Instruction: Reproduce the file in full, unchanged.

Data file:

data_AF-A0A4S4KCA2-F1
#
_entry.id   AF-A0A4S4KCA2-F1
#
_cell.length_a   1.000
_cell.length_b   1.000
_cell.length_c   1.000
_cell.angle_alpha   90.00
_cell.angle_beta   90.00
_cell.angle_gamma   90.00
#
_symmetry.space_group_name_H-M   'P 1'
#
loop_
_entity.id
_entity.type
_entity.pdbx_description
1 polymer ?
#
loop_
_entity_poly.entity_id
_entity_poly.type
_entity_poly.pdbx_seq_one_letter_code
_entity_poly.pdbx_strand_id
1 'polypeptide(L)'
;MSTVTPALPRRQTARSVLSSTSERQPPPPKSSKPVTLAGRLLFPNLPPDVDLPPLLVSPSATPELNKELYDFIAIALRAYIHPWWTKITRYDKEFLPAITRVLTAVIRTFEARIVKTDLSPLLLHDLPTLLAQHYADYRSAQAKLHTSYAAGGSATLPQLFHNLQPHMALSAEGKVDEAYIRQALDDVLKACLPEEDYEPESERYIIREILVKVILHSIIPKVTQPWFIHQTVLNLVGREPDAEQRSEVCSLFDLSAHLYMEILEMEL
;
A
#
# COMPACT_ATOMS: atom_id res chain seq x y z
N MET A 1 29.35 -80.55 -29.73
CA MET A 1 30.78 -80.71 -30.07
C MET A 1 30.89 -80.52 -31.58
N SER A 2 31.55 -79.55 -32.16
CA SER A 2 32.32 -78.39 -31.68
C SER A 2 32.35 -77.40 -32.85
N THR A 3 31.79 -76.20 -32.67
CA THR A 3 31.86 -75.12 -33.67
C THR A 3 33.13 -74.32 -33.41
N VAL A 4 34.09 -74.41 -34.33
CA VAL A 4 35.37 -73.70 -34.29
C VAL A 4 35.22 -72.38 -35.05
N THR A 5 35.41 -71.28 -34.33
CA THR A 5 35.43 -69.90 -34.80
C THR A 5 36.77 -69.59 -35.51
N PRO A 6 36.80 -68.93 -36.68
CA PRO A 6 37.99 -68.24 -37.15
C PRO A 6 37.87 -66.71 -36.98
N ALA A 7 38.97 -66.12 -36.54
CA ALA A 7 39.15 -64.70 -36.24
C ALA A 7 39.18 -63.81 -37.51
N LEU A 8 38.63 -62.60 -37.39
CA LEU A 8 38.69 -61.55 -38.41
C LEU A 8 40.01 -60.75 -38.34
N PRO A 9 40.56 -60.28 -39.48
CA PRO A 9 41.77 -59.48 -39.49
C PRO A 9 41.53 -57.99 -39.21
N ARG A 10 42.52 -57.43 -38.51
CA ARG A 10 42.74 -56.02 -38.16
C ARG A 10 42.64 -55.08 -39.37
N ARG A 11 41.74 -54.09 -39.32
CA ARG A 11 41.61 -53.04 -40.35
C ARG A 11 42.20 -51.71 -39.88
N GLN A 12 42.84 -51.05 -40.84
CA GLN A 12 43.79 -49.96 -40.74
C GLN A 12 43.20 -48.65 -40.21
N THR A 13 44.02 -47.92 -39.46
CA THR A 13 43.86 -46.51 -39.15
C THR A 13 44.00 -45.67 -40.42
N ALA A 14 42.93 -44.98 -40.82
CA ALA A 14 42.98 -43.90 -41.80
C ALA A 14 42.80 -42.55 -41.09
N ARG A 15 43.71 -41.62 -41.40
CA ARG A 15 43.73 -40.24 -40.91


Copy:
data_AF-A0A4S4KCA2-F1
#
_entry.id   AF-A0A4S4KCA2-F1
#
_cell.length_a   1.000
_cell.length_b   1.000
_cell.length_c   1.000
_cell.angle_alpha   90.00
_cell.angle_beta   90.00
_cell.angle_gamma   90.00
#
_symmetry.space_group_name_H-M   'P 1'
#
loop_
_entity.id
_entity.type
_entity.pdbx_description
1 polymer ?
#
loop_
_entity_poly.entity_id
_entity_poly.type
_entity_poly.pdbx_seq_one_letter_code
_entity_poly.pdbx_strand_id
1 'polypeptide(L)'
;MSTVTPALPRRQTARSVLSSTSERQPPPPKSSKPVTLAGRLLFPNLPPDVDLPPLLVSPSATPELNKELYDFIAIALRAYIHPWWTKITRYDKEFLPAITRVLTAVIRTFEARIVKTDLSPLLLHDLPTLLAQHYADYRSAQAKLHTSYAAGGSATLPQLFHNLQPHMALSAEGKVDEAYIRQALDDVLKACLPEEDYEPESERYIIREILVKVILHSIIPKVTQPWFIHQTVLNLVGREPDAEQRSEVCSLFDLSAHLYMEILEMEL
;
A
#
# COMPACT_ATOMS: atom_id res chain seq x y z
N MET A 1 29.35 -80.55 -29.73
CA MET A 1 30.78 -80.71 -30.07
C MET A 1 30.89 -80.52 -31.58
N SER A 2 31.55 -79.55 -32.16
CA SER A 2 32.32 -78.39 -31.68
C SER A 2 32.35 -77.40 -32.85
N THR A 3 31.79 -76.20 -32.67
CA THR A 3 31.86 -75.12 -33.67
C THR A 3 33.13 -74.32 -33.41
N VAL A 4 34.09 -74.41 -34.33
CA VAL A 4 35.37 -73.70 -34.29
C VAL A 4 35.22 -72.38 -35.05
N THR A 5 35.41 -71.28 -34.33
CA THR A 5 35.43 -69.90 -34.80
C THR A 5 36.77 -69.59 -35.51
N PRO A 6 36.80 -68.93 -36.68
CA PRO A 6 37.99 -68.24 -37.15
C PRO A 6 37.87 -66.71 -36.98
N ALA A 7 38.97 -66.12 -36.54
CA ALA A 7 39.15 -64.70 -36.24
C ALA A 7 39.18 -63.81 -37.51
N LEU A 8 38.63 -62.60 -37.39
CA LEU A 8 38.69 -61.55 -38.41
C LEU A 8 40.01 -60.75 -38.34
N PRO A 9 40.56 -60.28 -39.48
CA PRO A 9 41.77 -59.48 -39.49
C PRO A 9 41.53 -57.99 -39.21
N ARG A 10 42.52 -57.43 -38.51
CA ARG A 10 42.74 -56.02 -38.16
C ARG A 10 42.64 -55.08 -39.37
N ARG A 11 41.74 -54.09 -39.32
CA ARG A 11 41.61 -53.04 -40.35
C ARG A 11 42.20 -51.71 -39.88
N GLN A 12 42.84 -51.05 -40.84
CA GLN A 12 43.79 -49.96 -40.74
C GLN A 12 43.20 -48.65 -40.21
N THR A 13 44.02 -47.92 -39.46
CA THR A 13 43.86 -46.51 -39.15
C THR A 13 44.00 -45.67 -40.42
N ALA A 14 42.93 -44.98 -40.82
CA ALA A 14 42.98 -43.90 -41.80
C ALA A 14 42.80 -42.55 -41.09
N ARG A 15 43.71 -41.62 -41.40
CA ARG A 15 43.73 -40.24 -40.91